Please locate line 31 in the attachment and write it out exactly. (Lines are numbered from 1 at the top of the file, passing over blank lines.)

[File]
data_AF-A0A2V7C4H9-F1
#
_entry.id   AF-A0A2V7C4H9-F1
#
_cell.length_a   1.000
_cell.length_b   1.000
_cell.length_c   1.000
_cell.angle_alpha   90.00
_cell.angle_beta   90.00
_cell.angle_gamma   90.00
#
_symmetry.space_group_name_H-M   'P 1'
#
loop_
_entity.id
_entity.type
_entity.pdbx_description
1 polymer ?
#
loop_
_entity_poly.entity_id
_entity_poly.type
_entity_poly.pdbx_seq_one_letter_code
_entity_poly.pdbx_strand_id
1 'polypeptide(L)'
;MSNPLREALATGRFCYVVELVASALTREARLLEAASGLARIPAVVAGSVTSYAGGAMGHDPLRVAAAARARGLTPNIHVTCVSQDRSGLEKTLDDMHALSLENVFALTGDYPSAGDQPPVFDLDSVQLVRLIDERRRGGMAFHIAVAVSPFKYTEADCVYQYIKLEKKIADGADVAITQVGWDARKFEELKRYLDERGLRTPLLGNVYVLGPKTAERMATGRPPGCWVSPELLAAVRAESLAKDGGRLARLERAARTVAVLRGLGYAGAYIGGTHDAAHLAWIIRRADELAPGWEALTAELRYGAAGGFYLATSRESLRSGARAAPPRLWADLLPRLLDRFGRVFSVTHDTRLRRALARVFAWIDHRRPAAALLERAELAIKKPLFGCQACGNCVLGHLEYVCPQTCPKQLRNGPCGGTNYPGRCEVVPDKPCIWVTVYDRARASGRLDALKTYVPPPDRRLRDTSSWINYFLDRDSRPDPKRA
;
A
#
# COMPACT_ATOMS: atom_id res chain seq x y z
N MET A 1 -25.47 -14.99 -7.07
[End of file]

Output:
N MET A 1 -25.47 -14.99 -7.07